Sarah Abrevaya Stein is the author of the new book Family Papers: A Sephardic Journey Through the Twentieth Century. Her other books include Plumes and Extraterritorial Dreams. She is Professor of History, Director of the Alan D. Leve Center for Jewish Studies, and the Maurice Amado Chair in Sephardic Studies at UCLA. She lives in Santa Monica, California.
Q: You write that you first learned about the Levy family while working on a previous book project. Can you say more about how you decided to write their family history?
A: I first began working on the Levy family, the subjects of Family Papers, while researching another book: an English-language translation of the first Ladino memoir ever written (Sarah Abrevaya Stein and Aron Rodrigue, A Jewish Voice from Ottoman Salonica, with Isaac Jerusalmi as translator, 2012).
The author of that memoir, Sa’adi Besaelel a-Levi (1820-1903), spent the last years of his life writing a Ladino-language memoir to air a lifetime’s worth of grievances.
Extraordinarily, the sole copy of this document, written in soletreo (the unique handwritten cursive of Ladino), outlived wars; the collapse of the empire in which it was conceived; a major fire in Salonica; and the Holocaust, during which Jewish texts and libraries as well as Jewish bodies were targeted by the Nazis for annihilation.
The manuscript passed through four generations of Sa’adi’s family, traveling from Salonica to Paris, from there to Rio de Janeiro and, finally, to Jerusalem—somehow eluding destruction or disappearance despite the collapse of the Salonican Jewish community and the dispersal of the author’s descendants over multiple countries and continents.
Having spent years considering Sa’adi’s account of 19th-century Salonica, I was left wondering how his handwritten memoir came to travel such a circuitous path, and what had become of Sa’adi’s descendants.
These questions launched me on a decade-long quest to tell the collective story of Sa’adi’s branching family: a journey that took me to a dozen countries, dozens of archives, and into the homes of a Sephardic clan that constituted its own, remarkable global diaspora.
Q: How did you conduct your research, and what did you learn that particularly surprised you?
A: Reconstructing the history of the globally-branching Levy family has taken me into the living rooms (and private collections) of family members from Rio de Janeiro to Kolkata, Thessaloniki to Manchester--people who today cannot read the various languages of the documents they hold, but who still have a palpable connection to their deep past.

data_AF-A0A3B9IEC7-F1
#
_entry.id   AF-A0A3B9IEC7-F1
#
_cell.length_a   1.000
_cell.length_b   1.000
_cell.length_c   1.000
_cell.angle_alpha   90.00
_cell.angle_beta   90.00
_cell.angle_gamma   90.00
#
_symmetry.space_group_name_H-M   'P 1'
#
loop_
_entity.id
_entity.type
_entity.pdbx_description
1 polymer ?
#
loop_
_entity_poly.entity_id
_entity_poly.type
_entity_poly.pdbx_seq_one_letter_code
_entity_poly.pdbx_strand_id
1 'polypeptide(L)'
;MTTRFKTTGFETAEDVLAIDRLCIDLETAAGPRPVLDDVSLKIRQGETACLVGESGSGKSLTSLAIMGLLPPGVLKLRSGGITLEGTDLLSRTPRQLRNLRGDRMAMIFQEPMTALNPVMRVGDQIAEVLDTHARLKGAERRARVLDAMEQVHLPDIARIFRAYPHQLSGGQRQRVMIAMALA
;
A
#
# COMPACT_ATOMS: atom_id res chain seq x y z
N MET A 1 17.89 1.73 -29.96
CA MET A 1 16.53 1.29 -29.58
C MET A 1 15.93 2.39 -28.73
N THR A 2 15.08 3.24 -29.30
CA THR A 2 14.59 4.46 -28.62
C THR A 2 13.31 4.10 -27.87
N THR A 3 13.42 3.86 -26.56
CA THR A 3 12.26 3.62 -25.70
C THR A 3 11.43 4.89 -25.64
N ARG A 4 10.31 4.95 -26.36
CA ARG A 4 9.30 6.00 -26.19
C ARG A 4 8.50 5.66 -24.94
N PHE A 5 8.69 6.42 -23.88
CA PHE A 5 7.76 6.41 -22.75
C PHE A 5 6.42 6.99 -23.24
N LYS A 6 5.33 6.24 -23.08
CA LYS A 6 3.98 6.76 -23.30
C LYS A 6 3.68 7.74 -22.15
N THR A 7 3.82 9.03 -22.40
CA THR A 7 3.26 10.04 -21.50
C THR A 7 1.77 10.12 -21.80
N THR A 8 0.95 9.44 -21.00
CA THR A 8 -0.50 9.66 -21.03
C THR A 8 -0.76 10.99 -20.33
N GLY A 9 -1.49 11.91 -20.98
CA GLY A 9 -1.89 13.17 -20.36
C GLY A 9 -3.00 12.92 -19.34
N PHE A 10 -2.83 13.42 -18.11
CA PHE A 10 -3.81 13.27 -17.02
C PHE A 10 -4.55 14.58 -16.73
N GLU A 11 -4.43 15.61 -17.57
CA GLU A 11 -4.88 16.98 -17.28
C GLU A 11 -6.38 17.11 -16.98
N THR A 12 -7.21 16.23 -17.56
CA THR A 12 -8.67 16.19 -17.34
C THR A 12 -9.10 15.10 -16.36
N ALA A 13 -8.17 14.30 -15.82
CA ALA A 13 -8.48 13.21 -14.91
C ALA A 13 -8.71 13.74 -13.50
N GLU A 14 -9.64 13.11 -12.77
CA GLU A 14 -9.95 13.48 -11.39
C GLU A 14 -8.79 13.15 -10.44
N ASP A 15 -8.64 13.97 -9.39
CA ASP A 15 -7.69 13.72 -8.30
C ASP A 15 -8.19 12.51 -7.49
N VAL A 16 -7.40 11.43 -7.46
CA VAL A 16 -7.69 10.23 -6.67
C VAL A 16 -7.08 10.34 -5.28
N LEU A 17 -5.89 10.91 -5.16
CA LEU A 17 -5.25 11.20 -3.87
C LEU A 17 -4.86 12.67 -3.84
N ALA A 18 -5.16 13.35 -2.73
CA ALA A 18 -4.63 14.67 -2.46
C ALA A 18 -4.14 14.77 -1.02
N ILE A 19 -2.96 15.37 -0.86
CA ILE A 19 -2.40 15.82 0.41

To supplement these family papers (which revealed but also kept secrets), I consulted 30 archives in Brazil, Great Britain, France, Portugal, Italy, Greece, Germany, Hungary, Israel, and the United States. Travel documents; naturalization papers; birth, death, and medical records; letters exchanged by relatives, lovers, and friends; business papers, even a baptismal certificate; all told, these scattered sources have allowed me to trace an intimate arc of the 20th century.
Q: The family includes a notorious World War II war criminal, as well as many relatives who were killed in the Holocaust. What is the legacy of the war for the Levy family today?
A: The Holocaust eviscerated the Levys, destroying entire branches of the family tree (in Greece and France, especially). The losses that so devastated those left behind disrupted intimacies and led to new relationships among survivors driven together by grief, seeking solace in one another and, in some cases, cooperating to file reparation claims from Germany. Slowly, agonizingly, they rebuilt.
As you’ve mentioned, the most devastating drama of Family Papers is the story of a great-grandchild of Sa’adi’s who abetted the Nazi annihilation of the Jews of Salonica. This man, head of occupied Salonica’s Jewish Police, is said to have been a viscous sadist. Recollections of his actions, which swirl through Greek-, Hebrew-, Ladino-, and English-language survivor testimony, are nightmarish. After the war, Sa’adi’s descendant proved the only Jew in all of Europe to be tried by a state (Greece) and executed for his complicity with the Nazis.
Strikingly, the family never wrote of this terrible trauma, not in letters, memoirs, diaries, or testimonies. They even excised their disgraced relative from family trees. In time, the facts the family buried became unknown to their descendants: including the war criminal’s own daughter. Unknown, that is, until the publication of this book.
Q: What do you hope readers take away from the family's story?
A: Family Papers is an Ottoman story, a Jewish story, a Mediterranean story, and a story of single, globally-branching family diaspora.
But beyond what it tells us about Sephardic Jewry or the Levy family, it is also a meditation on how letters mattered to a family, holding them together after time, distance, and migration tore them apart. I hope the book invites readers to reflect on all that we have lost in the digital age, when so few of us send or receive letters, fret over their crafting, or stain them with our tears.
Q: What are you working on now?
A: Just now I’m exploring the astonishing history of a Harlem-based, Sephardic-owned, 1940s botánica—a spiritual supply shop that sold occult, spiritual, and mystical wares (medicinal herbs, oils, amulets, statuary, candles, spells) to Caribbean, African American, and Latin American clients.
It’s a wonderful story, but also opens up questions about Sephardic Jews’ place within the racial fabric of the Americas. It’s too early to say if I’m on the trail of a book or not, but I always enjoy the hunt!
--Interview with Deborah Kalb